Significant changes in Social Security claiming strategies were abruptly enacted by the 2015 Bipartisan Budget Act signed by President Obama on November 2, 2015. The changes close what is referred to as “unintended loopholes” that were employed by savvy retirees and their spouses/ex-spouses to maximize their total payout from Social Security?
Much of the information that has been published in journals, magazines and blogs is confusing to the consumer. How can you pare down what divorcing clients need to know and what they can ignore as “white noise”?
WHAT LOOPHOLES CLOSED?
1. File and Suspend
Under the old provisions, a retiree could file for Social Security benefits at Full Retirement Age and then immediately suspend their benefits. Why would anyone play this cat and mouse game with Social Security? This was a clever strategy that allowed a spouse or ex-spouse to begin receiving spousal benefits on the retiree’s earnings record (generally 50% of the retiree’s benefit) while the spouse or ex could delay receipt of their own benefit, thus allowing for an 8% increase in the starting dollar amount per year of their benefit (up to age 70).
Up until April 30th of this year, this strategy will work. For those who suspend their benefit after April 30, 2016, this strategy will be unavailable. If benefits are suspended after April 30, 2016 for the retiree, they will also be suspended for anyone receiving benefits on that person’s earnings record.
The take-away? If this could benefit your client, they need to implement within the first four months of the year!
2. Restricted Application Phaseout: For those born on or after January 2, 1954 (age 62 and younger):
In the past, a spouse or ex-spouse could receive their spousal benefits (generally 50% of the retiree’s benefit) on a retiree’s earnings history and then switch to his/her own higher benefit amount up to age 70. For those who are younger than 62 or turned 62 on January 2 of this year, that option is no longer available. If you start claiming a spousal benefit, you can’t switch to your own higher benefit at a later date.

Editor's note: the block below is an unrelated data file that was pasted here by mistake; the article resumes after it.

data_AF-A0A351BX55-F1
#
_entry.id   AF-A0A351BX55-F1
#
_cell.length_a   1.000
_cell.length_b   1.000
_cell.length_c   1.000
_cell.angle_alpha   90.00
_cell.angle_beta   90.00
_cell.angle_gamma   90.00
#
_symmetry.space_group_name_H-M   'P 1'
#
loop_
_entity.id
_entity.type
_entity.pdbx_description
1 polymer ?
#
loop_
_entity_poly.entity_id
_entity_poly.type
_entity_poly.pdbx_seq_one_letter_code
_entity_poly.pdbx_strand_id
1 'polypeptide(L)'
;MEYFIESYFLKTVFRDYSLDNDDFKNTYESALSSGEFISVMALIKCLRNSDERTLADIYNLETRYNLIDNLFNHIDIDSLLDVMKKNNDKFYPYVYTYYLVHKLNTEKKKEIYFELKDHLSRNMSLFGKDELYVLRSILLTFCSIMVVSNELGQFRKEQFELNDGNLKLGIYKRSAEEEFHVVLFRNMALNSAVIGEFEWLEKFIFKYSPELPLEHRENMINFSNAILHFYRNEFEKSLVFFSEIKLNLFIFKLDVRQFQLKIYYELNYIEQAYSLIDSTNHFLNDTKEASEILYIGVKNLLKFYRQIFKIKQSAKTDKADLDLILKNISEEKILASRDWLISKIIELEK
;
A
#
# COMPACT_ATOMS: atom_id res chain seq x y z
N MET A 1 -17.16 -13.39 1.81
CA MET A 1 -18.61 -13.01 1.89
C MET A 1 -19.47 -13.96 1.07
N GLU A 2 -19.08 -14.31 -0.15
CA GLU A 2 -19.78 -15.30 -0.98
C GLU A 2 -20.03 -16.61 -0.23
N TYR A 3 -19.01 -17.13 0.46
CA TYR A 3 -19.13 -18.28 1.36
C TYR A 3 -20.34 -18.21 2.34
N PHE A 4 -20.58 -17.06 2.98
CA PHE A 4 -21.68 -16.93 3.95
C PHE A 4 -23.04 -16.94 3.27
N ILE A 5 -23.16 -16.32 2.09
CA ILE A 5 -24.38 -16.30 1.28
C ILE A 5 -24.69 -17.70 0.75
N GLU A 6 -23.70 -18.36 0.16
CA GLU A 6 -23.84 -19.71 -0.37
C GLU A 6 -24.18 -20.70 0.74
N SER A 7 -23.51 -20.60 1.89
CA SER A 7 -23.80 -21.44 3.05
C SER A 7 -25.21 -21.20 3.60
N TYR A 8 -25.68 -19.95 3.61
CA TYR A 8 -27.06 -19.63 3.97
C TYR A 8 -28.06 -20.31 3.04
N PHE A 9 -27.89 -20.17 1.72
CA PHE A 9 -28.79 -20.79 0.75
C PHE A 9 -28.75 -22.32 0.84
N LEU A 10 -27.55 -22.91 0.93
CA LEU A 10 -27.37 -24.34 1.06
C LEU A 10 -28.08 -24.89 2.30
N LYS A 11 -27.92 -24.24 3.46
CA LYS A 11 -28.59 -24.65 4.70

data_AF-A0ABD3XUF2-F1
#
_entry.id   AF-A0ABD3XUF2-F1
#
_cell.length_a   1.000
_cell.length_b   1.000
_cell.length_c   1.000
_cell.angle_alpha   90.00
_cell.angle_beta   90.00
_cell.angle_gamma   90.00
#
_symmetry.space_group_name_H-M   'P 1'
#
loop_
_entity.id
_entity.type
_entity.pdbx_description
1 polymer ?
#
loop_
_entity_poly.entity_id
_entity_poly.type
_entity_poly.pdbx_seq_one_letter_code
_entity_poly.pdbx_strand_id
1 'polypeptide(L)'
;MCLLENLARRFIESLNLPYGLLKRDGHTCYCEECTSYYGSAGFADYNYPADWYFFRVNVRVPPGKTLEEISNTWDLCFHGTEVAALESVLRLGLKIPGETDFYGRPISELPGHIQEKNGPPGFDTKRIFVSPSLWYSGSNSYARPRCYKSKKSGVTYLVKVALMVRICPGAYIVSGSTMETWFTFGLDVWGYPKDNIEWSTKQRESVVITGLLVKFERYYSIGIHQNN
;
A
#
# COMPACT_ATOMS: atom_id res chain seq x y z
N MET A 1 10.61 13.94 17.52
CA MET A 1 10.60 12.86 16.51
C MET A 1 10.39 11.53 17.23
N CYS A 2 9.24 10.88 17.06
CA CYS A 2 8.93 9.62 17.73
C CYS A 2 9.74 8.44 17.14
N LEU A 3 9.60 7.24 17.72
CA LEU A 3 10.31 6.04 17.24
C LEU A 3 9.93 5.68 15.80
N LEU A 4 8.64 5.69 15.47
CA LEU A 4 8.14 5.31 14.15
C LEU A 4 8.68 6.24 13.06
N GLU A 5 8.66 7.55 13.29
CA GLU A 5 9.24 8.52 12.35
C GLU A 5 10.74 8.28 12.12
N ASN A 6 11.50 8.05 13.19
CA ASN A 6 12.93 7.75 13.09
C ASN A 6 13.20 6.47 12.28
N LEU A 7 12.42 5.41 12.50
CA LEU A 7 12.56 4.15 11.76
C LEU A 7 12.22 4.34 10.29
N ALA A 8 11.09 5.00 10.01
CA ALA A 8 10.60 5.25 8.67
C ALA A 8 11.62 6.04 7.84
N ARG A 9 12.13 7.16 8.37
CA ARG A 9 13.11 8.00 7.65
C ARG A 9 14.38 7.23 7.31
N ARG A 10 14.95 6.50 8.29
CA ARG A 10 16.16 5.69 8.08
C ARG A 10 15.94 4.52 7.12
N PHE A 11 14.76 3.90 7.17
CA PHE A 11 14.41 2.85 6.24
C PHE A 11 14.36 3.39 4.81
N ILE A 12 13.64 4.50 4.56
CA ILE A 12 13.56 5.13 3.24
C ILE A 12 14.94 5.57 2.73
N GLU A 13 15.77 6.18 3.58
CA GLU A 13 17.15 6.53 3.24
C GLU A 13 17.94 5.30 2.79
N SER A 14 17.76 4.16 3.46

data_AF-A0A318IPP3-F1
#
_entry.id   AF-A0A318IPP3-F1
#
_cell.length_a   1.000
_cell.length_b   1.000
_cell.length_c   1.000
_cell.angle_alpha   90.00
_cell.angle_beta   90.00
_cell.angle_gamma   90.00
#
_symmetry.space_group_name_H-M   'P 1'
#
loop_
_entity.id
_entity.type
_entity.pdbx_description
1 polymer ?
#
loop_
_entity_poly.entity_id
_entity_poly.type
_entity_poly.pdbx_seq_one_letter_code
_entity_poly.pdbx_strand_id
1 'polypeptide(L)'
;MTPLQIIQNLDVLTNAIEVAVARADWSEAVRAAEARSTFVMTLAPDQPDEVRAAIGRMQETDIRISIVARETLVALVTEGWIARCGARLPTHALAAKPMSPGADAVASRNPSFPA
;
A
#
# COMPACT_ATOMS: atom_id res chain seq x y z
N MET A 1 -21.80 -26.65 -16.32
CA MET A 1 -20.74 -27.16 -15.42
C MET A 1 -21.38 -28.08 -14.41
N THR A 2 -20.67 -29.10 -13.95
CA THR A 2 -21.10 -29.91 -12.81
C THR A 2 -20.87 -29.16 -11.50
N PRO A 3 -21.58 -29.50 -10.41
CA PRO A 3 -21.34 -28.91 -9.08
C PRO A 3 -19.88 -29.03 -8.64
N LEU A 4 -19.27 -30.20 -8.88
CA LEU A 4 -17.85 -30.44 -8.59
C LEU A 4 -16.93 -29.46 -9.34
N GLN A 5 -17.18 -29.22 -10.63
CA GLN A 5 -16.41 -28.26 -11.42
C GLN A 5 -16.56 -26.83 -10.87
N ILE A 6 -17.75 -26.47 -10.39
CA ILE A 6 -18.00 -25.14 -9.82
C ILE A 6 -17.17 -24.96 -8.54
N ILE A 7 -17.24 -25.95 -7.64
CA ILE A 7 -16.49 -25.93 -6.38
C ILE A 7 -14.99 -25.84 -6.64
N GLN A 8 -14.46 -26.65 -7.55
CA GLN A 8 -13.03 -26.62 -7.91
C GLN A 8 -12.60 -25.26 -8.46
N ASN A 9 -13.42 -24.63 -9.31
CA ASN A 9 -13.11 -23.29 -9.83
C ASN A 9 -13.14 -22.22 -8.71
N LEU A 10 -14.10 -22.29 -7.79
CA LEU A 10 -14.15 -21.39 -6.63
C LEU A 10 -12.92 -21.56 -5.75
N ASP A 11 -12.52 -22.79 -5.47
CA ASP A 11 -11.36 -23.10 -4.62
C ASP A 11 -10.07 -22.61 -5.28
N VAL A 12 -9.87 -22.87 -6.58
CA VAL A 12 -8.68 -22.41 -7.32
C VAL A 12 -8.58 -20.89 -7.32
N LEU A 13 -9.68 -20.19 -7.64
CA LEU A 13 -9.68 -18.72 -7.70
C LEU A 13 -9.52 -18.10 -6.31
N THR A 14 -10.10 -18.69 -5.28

However, if you were born before January 2, 1954, you can still take advantage of this clever strategy. Even more important, whenever you were born, as long as you delay receipt of your own benefit, it will increase by 8% per year from age 66 to 70.
WHAT IS STILL THE BEST CLAIMING STRATEGY?
As indicated above, the most valuable claiming strategy for Social Security has not been repealed: delay, delay, delay! Every year that a Social Security recipient delays receipt of benefits between Full Retirement Age (66 for most retirees) and age 70, they will receive an 8% increase on the starting dollar amount of their lifetime payments. As it’s extremely difficult to replicate a guaranteed 8% rate of return on any investment, this strategy is still the most important and the most under-used. Furthermore, any client who considers taking reduced Social Security benefits starting at age 62 up to full retirement age needs to offset the permanent reduction in their benefit against their current cash flow needs.
What is STILL the best TIP for DIVORCED CLIENTS?
Don’t remarry before turning 60 (or 50 if you’re disabled). Ex-spouses are entitled to full Social Security survivor benefits on their ex’s earnings record–as long as they were married for 10 consecutive years and they don’t remarry before age 60! If they get remarried at age 60 and 1 day, they can still collect full survivor benefits for life.
Keeping in mind that Survivor Benefits can be as high as 100% of the full amount the retiree was entitled to, this is the one tip that divorcees can’t afford to overlook.